This device is a very good training tool for the beginner and is nice to the more advanced maker also.
There are various fixtures to control the bevel angle, but I find this much more simple to use and is not limited by the blade shape.
Step 3: Knife Sharpener
After the blade is formed, heat treated and polished, and it needs to be sharpened. I have hand sharpened many blades and can get them razor sharp by hand, but this is not a great use of time and beginners just do not have the skill level to get their creation sharp.
I saw this sharpener at a craft festival and was impressed how quickly it sharpened the dullest knives. (it is not recommended for serrated blades) I wished for several years and finally broke down and ordered one, wish I had ordered it sooner. The sharpener is a slow speed belt grinder 800 feet/minute vs 3000 plus for a 2x72 grinder. The blade is clamped in an aluminum vise that has preset legs (screws) at either 20 (kitchen knives), 25(general use pocket knives), or 30 (cleavers or hunting knives) degrees blade angle and there is a step on the white plastic guide to give a 3 degree micro bevel on the blade.
The process is clamp the blade, then install a 150 grit belt, locate the leg of the vise in the front groove and make a pass of the blade, turn the blade over and repeat, keep doing this until a wire edge is visible on both sides, then switch belts to 400 grit and repeat (usually 3 passes) until wire edge is visible, then move vise to rear groove, repeat grinding to visible wire edge, change to felt belt and apply jeweler's rouge to belt. This time you want to remove the wire edge, rear groove (2-3 passes per side). You now have a blade sharp enough to peal curls off a harbor freight flyer. The first time a knife is sharpened this takes about 5 minutes, after the first time it usually takes 2-3 minutes.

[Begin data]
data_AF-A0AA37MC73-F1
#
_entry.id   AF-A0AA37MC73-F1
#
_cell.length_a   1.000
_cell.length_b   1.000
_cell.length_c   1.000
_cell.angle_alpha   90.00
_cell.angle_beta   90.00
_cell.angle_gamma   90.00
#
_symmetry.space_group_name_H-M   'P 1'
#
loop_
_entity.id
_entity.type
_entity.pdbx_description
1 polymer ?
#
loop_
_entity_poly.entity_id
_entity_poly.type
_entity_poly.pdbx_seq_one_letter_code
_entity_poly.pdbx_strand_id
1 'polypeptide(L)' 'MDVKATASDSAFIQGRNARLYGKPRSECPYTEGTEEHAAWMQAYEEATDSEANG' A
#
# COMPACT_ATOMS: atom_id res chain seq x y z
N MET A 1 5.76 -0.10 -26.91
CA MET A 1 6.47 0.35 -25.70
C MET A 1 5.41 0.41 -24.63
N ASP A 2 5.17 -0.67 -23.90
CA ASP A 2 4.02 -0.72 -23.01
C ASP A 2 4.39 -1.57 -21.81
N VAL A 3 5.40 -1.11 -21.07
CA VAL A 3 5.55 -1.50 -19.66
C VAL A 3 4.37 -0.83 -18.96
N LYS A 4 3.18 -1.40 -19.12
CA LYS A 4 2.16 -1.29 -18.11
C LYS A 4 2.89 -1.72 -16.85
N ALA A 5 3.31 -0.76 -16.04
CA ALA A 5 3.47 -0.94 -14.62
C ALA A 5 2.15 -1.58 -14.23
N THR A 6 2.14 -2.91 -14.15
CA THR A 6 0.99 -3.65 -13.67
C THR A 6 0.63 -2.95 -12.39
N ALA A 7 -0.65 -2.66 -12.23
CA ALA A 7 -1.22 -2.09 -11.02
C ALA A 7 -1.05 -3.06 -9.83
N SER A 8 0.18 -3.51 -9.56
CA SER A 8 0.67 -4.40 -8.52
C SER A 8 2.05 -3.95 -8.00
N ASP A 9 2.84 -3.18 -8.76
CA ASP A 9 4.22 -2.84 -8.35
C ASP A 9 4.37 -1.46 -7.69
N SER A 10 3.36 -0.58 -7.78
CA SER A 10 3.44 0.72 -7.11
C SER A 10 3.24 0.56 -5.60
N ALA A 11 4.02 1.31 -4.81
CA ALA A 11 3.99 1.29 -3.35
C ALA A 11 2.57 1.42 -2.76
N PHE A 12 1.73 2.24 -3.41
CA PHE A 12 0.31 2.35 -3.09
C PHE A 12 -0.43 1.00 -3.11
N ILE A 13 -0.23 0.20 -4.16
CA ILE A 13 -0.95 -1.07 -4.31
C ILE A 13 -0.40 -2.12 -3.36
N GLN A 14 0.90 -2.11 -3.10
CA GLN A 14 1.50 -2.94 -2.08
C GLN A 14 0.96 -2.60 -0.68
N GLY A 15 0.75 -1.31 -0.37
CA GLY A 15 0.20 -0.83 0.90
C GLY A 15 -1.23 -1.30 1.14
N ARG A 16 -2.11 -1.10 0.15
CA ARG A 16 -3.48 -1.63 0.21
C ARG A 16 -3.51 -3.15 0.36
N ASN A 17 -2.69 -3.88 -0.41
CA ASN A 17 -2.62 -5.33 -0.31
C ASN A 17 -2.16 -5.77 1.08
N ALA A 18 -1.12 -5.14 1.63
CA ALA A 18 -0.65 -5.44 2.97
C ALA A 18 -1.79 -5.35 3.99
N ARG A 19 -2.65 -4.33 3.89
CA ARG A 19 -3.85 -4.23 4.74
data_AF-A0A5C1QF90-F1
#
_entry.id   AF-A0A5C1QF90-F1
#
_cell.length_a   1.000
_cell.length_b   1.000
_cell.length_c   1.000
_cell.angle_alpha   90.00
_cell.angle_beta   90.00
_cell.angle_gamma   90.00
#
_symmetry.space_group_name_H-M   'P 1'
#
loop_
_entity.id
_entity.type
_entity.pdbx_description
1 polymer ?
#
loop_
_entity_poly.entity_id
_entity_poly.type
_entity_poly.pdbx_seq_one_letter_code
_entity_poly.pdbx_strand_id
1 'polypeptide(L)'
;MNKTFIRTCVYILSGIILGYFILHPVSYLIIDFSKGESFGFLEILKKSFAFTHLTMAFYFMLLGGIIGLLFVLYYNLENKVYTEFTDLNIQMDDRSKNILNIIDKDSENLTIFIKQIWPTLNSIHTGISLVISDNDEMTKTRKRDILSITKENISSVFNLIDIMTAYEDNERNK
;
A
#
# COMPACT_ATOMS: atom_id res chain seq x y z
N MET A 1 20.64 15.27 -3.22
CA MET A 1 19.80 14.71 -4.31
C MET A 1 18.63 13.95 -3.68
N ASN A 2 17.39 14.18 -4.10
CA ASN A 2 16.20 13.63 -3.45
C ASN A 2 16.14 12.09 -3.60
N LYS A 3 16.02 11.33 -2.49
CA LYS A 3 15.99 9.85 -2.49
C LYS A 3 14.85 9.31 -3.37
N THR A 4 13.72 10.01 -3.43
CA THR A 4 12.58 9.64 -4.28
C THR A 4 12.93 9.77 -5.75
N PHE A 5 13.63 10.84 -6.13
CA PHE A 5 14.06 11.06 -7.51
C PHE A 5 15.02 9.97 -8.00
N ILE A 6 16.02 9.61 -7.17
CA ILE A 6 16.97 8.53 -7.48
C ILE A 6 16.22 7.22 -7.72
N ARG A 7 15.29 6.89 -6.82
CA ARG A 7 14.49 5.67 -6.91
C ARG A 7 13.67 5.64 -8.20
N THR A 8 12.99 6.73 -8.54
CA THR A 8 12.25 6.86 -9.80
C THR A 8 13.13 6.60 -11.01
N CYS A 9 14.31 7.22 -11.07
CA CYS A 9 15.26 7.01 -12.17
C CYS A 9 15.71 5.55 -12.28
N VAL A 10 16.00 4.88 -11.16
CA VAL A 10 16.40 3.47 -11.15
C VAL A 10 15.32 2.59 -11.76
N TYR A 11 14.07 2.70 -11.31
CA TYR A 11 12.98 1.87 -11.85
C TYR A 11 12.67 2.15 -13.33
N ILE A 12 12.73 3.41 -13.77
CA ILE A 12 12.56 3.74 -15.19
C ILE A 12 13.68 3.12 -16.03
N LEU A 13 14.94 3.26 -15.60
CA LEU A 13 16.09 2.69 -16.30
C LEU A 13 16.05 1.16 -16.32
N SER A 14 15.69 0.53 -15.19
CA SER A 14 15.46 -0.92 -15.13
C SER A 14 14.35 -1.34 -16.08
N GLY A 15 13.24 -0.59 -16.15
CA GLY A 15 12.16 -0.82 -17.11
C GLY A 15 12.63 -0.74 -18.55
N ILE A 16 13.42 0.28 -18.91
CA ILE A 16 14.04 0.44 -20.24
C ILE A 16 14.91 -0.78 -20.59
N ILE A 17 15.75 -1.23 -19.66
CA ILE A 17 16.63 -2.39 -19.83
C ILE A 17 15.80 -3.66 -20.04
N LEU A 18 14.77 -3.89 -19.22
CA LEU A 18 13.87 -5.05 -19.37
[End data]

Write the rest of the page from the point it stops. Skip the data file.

This unit is work on blades from about 1 inch to swords 3 feet, I sharpen box knife blades and exacto knife blades when I do not have a spare available. Also sharpen carving knives.
Step 4: Touchup Honing
Before I purchased the belt sharpener I used the Spyderco, I had been given a serrated Spyderco knife and needed a method of sharpening that knife. This sharpener works well on both straight blades and serrated. I keep this sharpener setting on my office desk and will hone my pocket knife after use. (letter opener) Also sharpen my wife's Cutco kitchen knives, she purchased before we got married.
This is one to the best hand sharpening systems, I have tried most of the others on the market and this one is simple to use and will sharpen serrated blades which none of the others do quickly or simply.
Step 5: 2x72 Homemade Belt Grinder
Am currently building a 2x72 grinder from these plans. Will probably do a separate instructable on the project. After the first is complete I have orders for 3 additional grinders from some of the previous students of my "school". The frame is made of plywood and I am using thread mill motors and controls so the belt speed can easily be adjusted. (watch Craigslist for cheap units sometimes free if belt is torn) Currently have all the parts cut and drilled will start assembly this week.
I hope you find this information educational. I have worked many years and started very simply. I have purchased items that were not good values and some were totally useless. These recommendations are made from experiences that have worked for me. I have no financial ties with any of these companies.
Participated in the
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Participated in the
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Participated in the
Knives and Blades Challenge